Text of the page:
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11

At present, mainstream physics posits that the underlying level of all natural phenomena is quantum mechanical. There exists the standard model of particle physics, a mathematical model, where it is posited that the elementary particles and their interactions build up matter as we know it, classical theories emerging smoothly from the underlying quantum ...


9

In short: No. Based on the Many-Worlds-Interpretation of QM, you can make statements of this kind, but as the name says, it is just an interpretation, whose ontological statements are highly controversial. There are other interpretations which provide the same physical results, which do not state the existence of multiple worlds, which at least shows that ...


5

If you want to use nonrelativistic quantum mechanics you have to first start with the basics. Firstly it doesn't handle particle creation or destruction, so you need to fix how many particles you have of each type. Then you want a function from the configuration space $\mathbb R^{3n}$ into the joint spin state $\mathbb C^{k_1}\otimes\mathbb C^{k_2}\otimes ...


4

Just because all things are possible, does not mean that all possibilities actually exist. And then, to say they simultaneously exist goes even further. They merely exist as "possibilities", or possible outcomes but last I checked, possibilities do not fit into the same category of physical realty. I never understood why something is assumed to automatically ...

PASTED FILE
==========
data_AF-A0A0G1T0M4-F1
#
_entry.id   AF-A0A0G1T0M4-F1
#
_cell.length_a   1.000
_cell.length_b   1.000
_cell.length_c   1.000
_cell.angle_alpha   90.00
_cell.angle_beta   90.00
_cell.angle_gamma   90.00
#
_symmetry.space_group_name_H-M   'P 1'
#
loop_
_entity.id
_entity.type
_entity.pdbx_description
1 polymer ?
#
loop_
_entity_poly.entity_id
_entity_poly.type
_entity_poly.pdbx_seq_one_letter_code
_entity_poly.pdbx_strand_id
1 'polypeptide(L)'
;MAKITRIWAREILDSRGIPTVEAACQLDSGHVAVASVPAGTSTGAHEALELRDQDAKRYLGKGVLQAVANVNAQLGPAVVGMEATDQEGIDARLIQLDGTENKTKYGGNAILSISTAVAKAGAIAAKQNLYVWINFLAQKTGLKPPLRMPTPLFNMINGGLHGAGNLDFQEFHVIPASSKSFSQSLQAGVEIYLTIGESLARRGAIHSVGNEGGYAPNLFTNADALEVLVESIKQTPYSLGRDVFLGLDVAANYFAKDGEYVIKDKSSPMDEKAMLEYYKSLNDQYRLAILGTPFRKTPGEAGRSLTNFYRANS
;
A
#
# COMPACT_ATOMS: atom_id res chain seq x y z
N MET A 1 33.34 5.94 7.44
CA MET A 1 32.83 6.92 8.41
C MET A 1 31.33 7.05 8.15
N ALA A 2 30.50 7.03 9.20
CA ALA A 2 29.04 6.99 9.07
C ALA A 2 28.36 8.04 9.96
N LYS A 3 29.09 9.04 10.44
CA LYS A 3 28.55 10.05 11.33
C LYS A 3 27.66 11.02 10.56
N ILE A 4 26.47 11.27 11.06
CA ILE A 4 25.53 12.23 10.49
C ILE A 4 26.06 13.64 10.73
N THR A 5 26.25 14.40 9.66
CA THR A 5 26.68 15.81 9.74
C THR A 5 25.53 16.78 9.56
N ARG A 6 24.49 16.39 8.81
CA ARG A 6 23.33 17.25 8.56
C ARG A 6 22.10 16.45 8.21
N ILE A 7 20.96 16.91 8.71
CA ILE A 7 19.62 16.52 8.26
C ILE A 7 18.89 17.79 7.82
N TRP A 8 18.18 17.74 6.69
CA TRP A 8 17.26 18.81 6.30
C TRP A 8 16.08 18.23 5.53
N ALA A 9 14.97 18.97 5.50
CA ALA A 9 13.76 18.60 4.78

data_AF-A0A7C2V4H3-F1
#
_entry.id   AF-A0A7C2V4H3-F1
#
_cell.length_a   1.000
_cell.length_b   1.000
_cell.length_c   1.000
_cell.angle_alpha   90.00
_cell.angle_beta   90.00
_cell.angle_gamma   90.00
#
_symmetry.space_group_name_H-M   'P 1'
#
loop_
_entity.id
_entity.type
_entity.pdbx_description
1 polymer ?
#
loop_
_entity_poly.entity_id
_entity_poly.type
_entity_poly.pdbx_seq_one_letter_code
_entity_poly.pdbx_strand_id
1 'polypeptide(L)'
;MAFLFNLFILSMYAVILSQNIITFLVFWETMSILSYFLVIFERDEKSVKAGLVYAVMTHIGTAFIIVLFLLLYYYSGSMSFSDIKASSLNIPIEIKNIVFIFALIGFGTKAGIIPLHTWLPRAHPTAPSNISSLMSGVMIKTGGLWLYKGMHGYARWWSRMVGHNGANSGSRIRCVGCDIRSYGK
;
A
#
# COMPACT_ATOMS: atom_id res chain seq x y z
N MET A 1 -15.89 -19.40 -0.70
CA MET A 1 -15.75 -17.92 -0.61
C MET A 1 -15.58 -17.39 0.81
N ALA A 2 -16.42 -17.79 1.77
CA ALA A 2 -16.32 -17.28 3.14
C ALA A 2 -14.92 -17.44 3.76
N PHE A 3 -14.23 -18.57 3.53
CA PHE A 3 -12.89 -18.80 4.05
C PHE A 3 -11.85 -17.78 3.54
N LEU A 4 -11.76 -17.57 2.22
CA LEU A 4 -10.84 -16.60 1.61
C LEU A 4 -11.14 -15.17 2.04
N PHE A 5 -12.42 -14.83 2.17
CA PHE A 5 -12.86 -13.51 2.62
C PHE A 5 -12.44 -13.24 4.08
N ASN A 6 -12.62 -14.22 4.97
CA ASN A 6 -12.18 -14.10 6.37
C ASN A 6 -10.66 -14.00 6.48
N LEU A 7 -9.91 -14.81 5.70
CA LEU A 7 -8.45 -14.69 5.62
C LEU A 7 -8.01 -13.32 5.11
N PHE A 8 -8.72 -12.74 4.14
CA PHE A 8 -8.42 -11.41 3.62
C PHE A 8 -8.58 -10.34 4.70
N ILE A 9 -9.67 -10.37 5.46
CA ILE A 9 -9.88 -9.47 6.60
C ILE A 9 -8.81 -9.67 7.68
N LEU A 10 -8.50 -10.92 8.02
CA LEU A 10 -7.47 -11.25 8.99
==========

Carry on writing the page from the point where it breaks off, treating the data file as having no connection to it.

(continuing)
3

Here is a related paper that analyses the same data looking for the connection with Bohmian mechanics. Comment on "Observing the Average Trajectories of Single Photons in a Two-Slit Interferometer" Timothy M. Coffey, Robert E. Wyatt Kocsis et al. (Science, Reports 3 June 2011, p. 1170) state that the experimentally deduced average photon ...


3

The oldest work on this preceeds quantum mechanics by more than 100 years. it was done by Malus in 1809 about experiments with polarized light. See http://www.mat.univie.ac.at/~neum/papers/physpapers.html#CQlightslides


2

Can someone tell me the practical difference of "world splitting" in MWI, and the original "wavefunction collapse"? Even if there is no such thing as an "abrupt" split, I don't see why you couldn't also argue the same for the "collapse". There is no world splitting. A state that starts out as having a single value for some relevant observable gradually ...


1

You have confused counting worlds with computing probabilities. They are different things. If you measured $m$ systems identically prepared to give one of $n$ result $v_1,$ ...$v_n$ with respective frequencies $p_1,$ ... $p_n$, then there are $n^m$ aggregate outcomes. But the MWI doesn't predict different probabilities than any other interpretation. Both ...


1

Let's be careful here. The contested statement seems to be this: Someone on-line, who actually seems fairly intelligent, but troll-ish, claims that there is good reasons for it, not from any philosopher, but physics. And this is indeed true, while not proven there are good reasons for it. Here "good" means that it's good enough to write articles about ...


1

Concerning the question: "Is it theoretically impossible to realize entanglement-like phenomena (e.g. non-local behavior or violation of some sort of Bell inequality) using a Couder-Fort experiment?", I have recently discussed this with John Bush from MIT, one of the experts of these experiments. I believe it is possible that a Bell inequality can indeed be ...


1

For the sake of argument, I will assume that all of the calculations of the authors are correct- I don't see any obvious reason that they cannot be. A few notes: As the authors note, the measurements independence criterion of the Bell Inequality is a well-known assumption. So pointing it out, by itself, is not an interesting contribution. What one could ...



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